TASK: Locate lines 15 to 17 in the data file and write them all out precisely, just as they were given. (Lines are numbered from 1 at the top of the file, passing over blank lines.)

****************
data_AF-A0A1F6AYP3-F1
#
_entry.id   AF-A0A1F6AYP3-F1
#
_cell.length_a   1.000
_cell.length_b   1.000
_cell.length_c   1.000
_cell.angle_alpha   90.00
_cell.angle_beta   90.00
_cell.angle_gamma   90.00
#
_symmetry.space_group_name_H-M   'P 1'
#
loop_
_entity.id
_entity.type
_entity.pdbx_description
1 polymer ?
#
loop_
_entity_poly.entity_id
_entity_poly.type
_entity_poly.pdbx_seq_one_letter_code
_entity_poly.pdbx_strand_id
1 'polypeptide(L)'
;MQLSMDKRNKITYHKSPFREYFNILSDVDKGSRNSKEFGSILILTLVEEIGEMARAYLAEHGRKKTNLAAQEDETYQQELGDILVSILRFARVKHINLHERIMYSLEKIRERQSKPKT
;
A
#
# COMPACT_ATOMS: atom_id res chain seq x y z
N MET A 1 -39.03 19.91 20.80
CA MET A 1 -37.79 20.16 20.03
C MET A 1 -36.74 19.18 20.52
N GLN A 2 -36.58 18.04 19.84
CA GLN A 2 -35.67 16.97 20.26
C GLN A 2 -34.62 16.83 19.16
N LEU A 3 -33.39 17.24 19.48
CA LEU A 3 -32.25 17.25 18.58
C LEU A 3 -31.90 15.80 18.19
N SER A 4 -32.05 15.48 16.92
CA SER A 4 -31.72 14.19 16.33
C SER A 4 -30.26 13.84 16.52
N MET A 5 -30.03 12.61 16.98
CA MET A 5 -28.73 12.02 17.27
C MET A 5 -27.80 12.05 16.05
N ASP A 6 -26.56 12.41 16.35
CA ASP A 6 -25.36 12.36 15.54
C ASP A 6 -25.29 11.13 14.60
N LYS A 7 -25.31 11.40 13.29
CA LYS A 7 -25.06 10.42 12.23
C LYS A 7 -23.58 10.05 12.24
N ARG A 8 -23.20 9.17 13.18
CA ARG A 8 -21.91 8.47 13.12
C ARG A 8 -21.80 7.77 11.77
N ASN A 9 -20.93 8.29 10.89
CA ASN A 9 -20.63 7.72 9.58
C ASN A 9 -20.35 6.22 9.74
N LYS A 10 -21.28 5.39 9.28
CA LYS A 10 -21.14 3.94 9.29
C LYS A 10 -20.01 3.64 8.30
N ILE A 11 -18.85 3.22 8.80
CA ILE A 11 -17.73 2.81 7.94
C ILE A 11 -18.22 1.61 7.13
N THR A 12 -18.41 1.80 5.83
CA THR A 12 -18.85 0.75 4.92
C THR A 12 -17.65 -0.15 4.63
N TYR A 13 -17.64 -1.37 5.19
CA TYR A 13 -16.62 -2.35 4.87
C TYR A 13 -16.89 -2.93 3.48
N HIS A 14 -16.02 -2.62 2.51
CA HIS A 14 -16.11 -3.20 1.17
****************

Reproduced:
_entity.id
_entity.type
_entity.pdbx_description